Luckily, the moment I got into my house, sama yaay (my mom) renamed me Adja. Adja Adama Lô. It’s after her 103-year-old mom who lives just down the road and still takes care to dress-up as if she is leading a Senegalese fashion show every day. So, knowing that she was in my family, and knowing who my host mom was, I went out to try to figure out who else I’m related to here. But that was no easy task. The term “family” in Senegalese culture is very loose– looser than I can put into words. I’ve been here for three weeks, I still don’t know who I’m related to, and I’ve just figured out who lives in the house. And to be honest, I’m not even sure if I’m right about who sleeps where. In or outside my house, everyone new I meet is somehow connected to my family, and they will make sure you know their name. Even if you have only met once and forget it the next time you see them, they’ll look at you with a face so sad that I now keep a journal with me at all times so I can write any new names I learn down.

Because everyone here is just so kind. Because no matter how many times I forget their name, they always seem to know mine. They always know to call me “Adja,” even if we met on the street two weeks ago as I was going to drop off dinner at someone’s house. And having everyone know my name, in general, is great. But, as this is a truth-telling space, let me acknowledge the two slight issues I have with my name and lack of one.

First of all, when I walk down the street I don’t get called, “All-ugh-noel,” or “El-ah-nore,” or “Adja.” Instead, I get called “Toubab,” or foreigner, every time I see kids or someone new. But having kids running after you chanting “Toubab,” isn’t an insult in Senegalese culture– no matter how frustrating it can be. Instead, kids screaming “Toubab” aren’t trying to insult you, they are just stating a fact. It’s like pointing at a female (who identifies as a female) and saying “female.” There’s no harm done there because it’s a fact. And I can’t even get that annoyed, because when they call me “Toubab,” it’s only because they don’t know my name. Once I tell them my name is Adja, a new issue arises: everyone loves to scream my name, all the time.

Walking down the street or sitting in my room, there is one thing that I always hear: “Adja!” It is a constant chant throughout my house, throughout the streets, and, as it seems to be a popular name on billboards, throughout all of Senegal. I swear even the goats behind my house chant “Adja!” as I’m trying to sleep. And I have no right to get annoyed. But emotions don’t have rules; something I’m trying to teach myself slowly this year. I mean I’m smack-dab in the middle of an entirely different culture, and it’s completely okay to get frustrated. But then you need to learn why others don’t. So after many days of politely smiling while internally screaming when I heard the familiar “Adja “ or “Toubab” call, I realized these words were Senegalese proof that the people of Tabia Ndiaye cared, cared about me.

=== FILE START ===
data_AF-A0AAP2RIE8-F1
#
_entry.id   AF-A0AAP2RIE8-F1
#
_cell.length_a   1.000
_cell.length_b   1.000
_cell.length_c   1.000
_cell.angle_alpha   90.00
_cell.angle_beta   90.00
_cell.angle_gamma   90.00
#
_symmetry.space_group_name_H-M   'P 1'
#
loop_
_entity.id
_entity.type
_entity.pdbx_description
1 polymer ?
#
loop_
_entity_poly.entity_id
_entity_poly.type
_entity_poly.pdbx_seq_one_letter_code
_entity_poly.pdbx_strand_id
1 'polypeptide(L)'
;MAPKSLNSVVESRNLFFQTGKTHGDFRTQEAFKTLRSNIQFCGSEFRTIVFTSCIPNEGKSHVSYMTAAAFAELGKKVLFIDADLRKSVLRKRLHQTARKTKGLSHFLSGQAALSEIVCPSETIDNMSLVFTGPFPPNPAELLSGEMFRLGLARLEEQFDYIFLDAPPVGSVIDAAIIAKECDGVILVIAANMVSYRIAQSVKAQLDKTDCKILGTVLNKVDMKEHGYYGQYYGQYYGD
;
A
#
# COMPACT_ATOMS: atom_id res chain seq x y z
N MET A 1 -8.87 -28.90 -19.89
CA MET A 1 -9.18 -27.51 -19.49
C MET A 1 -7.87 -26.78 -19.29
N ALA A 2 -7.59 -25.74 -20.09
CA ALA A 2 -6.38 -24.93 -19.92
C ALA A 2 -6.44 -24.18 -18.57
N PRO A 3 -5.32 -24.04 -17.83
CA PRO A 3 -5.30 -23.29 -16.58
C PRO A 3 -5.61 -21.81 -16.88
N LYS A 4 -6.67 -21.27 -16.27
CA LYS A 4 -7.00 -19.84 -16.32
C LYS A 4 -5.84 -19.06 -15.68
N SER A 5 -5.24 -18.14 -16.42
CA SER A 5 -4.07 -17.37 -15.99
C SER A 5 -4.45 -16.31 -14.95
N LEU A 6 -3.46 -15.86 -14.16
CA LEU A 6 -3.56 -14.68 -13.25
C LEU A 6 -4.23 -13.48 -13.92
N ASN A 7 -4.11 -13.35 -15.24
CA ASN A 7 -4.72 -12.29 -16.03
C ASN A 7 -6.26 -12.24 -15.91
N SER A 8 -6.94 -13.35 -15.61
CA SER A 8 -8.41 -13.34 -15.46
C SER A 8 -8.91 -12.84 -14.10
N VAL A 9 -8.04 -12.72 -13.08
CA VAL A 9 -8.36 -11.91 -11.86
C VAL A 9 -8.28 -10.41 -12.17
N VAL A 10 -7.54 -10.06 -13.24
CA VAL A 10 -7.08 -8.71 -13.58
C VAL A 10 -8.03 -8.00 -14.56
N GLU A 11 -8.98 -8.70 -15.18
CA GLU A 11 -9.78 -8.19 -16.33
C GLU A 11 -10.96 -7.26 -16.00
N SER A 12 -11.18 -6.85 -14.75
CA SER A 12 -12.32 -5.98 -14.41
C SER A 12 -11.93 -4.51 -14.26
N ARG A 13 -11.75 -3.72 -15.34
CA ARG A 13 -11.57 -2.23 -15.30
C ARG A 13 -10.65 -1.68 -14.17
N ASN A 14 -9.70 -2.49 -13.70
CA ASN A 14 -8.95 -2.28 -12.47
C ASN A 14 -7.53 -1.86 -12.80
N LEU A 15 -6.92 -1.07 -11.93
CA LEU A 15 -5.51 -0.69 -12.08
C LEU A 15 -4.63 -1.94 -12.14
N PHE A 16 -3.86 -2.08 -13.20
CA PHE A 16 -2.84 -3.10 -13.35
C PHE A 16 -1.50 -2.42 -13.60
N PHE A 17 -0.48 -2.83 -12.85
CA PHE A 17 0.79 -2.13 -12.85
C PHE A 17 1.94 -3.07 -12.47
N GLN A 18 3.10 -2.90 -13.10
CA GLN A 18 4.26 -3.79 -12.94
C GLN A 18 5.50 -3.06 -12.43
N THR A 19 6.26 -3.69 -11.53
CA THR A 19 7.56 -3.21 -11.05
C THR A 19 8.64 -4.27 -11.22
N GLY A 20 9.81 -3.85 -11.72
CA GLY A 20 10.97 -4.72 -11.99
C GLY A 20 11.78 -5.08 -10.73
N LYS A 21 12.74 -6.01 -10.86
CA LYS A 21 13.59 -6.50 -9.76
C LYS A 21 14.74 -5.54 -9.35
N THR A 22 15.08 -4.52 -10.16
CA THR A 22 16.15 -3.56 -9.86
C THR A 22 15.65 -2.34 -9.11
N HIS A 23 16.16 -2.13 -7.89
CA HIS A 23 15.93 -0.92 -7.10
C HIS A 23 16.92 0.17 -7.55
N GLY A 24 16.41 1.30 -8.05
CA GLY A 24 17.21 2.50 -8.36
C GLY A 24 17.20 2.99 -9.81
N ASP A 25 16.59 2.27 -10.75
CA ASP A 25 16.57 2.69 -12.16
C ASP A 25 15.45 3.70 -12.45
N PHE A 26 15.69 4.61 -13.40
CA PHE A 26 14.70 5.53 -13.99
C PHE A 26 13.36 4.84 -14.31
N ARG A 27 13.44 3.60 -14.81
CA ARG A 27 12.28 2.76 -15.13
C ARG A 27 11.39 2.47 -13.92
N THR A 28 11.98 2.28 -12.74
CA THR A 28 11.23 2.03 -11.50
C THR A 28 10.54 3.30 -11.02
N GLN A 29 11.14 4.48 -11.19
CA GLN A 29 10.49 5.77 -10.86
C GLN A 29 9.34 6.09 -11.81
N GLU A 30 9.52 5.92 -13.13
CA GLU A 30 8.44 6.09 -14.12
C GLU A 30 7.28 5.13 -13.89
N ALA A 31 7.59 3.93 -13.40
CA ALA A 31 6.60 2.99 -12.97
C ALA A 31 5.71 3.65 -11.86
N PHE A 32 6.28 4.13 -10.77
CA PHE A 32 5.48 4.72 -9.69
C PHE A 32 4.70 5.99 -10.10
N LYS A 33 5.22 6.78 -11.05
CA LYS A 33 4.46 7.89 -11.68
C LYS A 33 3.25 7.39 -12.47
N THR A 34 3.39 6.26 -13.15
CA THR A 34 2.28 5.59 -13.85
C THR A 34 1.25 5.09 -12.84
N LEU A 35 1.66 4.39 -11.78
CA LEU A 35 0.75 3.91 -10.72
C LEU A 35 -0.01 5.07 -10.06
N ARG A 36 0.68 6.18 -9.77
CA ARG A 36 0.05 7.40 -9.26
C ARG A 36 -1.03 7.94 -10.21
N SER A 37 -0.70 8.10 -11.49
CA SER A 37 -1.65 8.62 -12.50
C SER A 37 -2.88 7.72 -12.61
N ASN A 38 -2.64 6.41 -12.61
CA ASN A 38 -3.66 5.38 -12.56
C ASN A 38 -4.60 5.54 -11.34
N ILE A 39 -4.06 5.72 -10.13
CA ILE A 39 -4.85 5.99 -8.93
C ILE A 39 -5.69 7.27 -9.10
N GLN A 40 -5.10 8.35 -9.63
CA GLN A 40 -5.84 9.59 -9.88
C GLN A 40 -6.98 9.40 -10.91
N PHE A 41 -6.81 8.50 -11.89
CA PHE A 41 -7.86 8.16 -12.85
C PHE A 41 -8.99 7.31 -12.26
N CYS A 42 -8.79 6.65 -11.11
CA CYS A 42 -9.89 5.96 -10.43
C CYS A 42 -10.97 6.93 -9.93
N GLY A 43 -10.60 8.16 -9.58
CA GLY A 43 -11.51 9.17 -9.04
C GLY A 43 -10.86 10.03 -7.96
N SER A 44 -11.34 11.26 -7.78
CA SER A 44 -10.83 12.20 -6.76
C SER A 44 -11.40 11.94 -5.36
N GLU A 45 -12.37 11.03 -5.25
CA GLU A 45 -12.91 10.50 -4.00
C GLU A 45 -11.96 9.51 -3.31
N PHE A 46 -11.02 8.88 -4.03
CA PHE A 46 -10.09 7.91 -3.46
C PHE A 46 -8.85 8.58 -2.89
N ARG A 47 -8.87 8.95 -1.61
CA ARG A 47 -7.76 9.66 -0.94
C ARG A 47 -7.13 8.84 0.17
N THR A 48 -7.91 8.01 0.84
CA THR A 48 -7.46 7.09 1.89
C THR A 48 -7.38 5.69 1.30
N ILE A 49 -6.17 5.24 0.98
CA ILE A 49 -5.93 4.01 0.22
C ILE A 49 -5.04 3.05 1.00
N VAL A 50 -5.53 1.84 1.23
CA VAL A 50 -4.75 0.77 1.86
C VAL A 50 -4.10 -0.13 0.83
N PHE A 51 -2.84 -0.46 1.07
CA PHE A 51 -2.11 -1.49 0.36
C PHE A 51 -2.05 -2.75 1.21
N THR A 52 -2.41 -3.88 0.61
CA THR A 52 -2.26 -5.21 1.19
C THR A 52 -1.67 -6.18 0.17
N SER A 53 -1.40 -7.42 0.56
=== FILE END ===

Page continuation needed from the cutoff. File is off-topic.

So, I guess these issues aren’t actually problems. More like situations I need to work out with myself. I mean, I’m from the South! I thought I would be used to the “teranga” (openness) of people, but culture shock is real, and it’s taking me some time to adjust. Now, when I hear “Adja” called by a stranger, I no longer feel creeped out or grip my water bottle as I get ready to strike if they come close. Instead, I swallow my hesitations, and I walk over there. I allow myself to realize that it’s just the culture. It’s just the people caring, them wanting to get to know me. Instead of turning into survival mode as if I’m alone in an alley, I trust my gut. And when I don’t know what to do I ask one of the many, many people in my extended family here.

And while hearing “Toubab” or “Adja” screamed from all directions still may get on my nerves some days, more often than not, it’s started to make me smile.